Banno, Eri, Yutaka Ohno, Yoko Sakane, and Chikako Shinagawa. 2011. Genki I: An Integrated Course in Elementary Japanese. Tokyo: The Japan Times.

Banno, Eri, Yutaka Ohno, Yoko Sakane, Chikako Shinagawa, and Kyoko Tokashiki. 2011. Genki II: An Integrated Course in Elementary Japanese. Tokyo: The Japan Times.

Miura, Akira and Naomi H. McGloin. 2008. An Integrated Approach to Intermediate Japanese. Tokyo: The Japan Times.

What are the pros and cons of taking ASIALANG 103 versus ASIALANG 114 after studying some Japanese at a high school?

Differences between the two courses include the followings:

ASIALANG 103 First Semester Japanese

· 4 credit course that meets 5 hours a week (MTWRF)

· Team-taught by a faculty and teaching assistants

· Covers Lessons 1 through 9 of Genki I

ASIALANG 114 Second Semester Elementary Japanese

· 2 credit course that meets 3 hours a week on MWF

· Taught by a graduate teaching assistant

· Covers Lessons 5 through 9 of Genki I

In the Spring Semester, students from both of these courses will get together in ASIALANG 104 Second Semester Japanese (4 credit course that meets 5 hours a week).

The benefits of taking ASIALANG 103 in the fall is that you can practice Japanese everyday and get used to the pace of 5 hours a week instruction.

Your past experience will help you feel comfortable in the course. But please keep in mind that you must establish good study habits during the first semester, or by the end of the semester, you may end up falling behind students who struggle at the beginning but nonetheless adapt to the pace of instruction. So, it is important to keep reminding yourself that you should approach the course with fresh attitude.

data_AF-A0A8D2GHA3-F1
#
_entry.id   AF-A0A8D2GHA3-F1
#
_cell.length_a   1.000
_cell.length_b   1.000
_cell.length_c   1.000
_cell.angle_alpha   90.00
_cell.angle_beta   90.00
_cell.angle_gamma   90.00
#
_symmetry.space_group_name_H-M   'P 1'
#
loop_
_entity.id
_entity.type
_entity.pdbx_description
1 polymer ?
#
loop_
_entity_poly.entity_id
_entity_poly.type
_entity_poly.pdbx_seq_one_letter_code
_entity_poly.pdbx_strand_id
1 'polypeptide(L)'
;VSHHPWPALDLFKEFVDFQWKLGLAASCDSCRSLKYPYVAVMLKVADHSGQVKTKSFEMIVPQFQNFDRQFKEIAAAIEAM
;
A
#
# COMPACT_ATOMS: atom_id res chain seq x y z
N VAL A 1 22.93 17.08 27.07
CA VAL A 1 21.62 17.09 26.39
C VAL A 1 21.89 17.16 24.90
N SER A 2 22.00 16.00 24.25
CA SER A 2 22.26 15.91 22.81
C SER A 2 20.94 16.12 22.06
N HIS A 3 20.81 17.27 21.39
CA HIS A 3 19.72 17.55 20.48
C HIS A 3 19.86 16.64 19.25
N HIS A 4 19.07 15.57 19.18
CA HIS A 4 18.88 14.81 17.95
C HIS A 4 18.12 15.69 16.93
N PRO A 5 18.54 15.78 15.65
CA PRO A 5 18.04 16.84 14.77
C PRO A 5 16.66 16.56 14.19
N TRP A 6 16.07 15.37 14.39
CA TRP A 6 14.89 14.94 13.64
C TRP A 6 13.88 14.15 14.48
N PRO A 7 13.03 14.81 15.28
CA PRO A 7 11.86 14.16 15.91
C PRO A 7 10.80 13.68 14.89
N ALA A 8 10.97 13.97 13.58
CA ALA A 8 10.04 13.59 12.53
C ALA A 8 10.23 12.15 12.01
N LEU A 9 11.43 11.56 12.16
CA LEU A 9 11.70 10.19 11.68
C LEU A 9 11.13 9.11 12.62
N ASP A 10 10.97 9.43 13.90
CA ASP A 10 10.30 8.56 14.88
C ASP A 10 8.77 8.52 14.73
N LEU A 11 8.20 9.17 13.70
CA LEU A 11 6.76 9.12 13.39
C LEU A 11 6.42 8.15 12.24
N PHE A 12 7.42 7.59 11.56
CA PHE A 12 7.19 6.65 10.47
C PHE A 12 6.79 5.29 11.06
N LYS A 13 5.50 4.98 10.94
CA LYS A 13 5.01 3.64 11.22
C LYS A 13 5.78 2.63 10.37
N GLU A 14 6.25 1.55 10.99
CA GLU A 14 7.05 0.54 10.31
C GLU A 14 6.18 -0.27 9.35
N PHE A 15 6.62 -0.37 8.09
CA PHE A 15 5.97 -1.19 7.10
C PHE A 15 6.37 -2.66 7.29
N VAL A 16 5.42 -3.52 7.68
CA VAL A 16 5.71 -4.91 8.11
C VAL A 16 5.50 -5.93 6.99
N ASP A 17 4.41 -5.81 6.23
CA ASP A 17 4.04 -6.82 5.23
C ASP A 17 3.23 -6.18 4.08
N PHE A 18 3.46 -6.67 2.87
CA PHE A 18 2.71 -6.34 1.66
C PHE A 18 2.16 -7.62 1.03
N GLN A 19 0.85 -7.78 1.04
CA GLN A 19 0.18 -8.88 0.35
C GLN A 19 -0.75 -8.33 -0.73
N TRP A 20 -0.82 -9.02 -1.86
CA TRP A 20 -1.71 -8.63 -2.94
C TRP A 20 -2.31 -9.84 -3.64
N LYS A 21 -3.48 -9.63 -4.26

ASIALANG 114, on the other hand, meets only three hours a week. This means that you will have less time for in-class practice, but it might be easier to fit this course into your schedule. In the spring semester, however, you will not have this option of 3-hour slow track course. So, at the beginning of the spring semester, you have to get used to a different structure and pace of the course. As mentioned earlier, in order to register for ASIALANG 114, you need to take the placement test.

When and how can I declare a major in Japanese?

If you have questions about our programs and are exploring your options; or you are ready to declare a major please make an appointment to meet with Rachel Weiss, Undergraduate Advisor:

Rachel Weiss
E-mail: rweiss@wisc.edu
Office: 1244 Van Hise Hall
Schedule: advising appointment!
Phone: (608) 890-0138

Do I have to participate in a study abroad if I decide to major in Japanese?

It is not a requirement of the Japanese Major. However, students are encouraged to explore opportunities to use the language outside of the classroom, especially in internships or study abroad programs. Credits earned while on an approved UW-Madison program may count towards the major requirements.

Can I receive a minor in Japanese?

The University of Wisconsin-Madison does not offer any minor, but what we call a certificate is something similar to a minor in other schools. For students who are interested in combining the study of Japanese language with another major, our department offers a Certificate in Japanese Professional Communication.

Are there many people who double major in Japanese and something else?

Yes. We have had students who double majored in Japanese and Anthropology, Biochemistry, Biology, Business, Computer Science, East Asian Studies, English, Engineering, German, International Relations, Linguistics, Physics, Political Science, Spanish, among others. It is challenging to satisfy requirements for more than one major in a timely fashion, but it is doable. And it is advantageous for your future career to have some areas of specialty along with your Japanese language skills. In order to consider the possibility of double majors, you need to consult with advisors in both departments.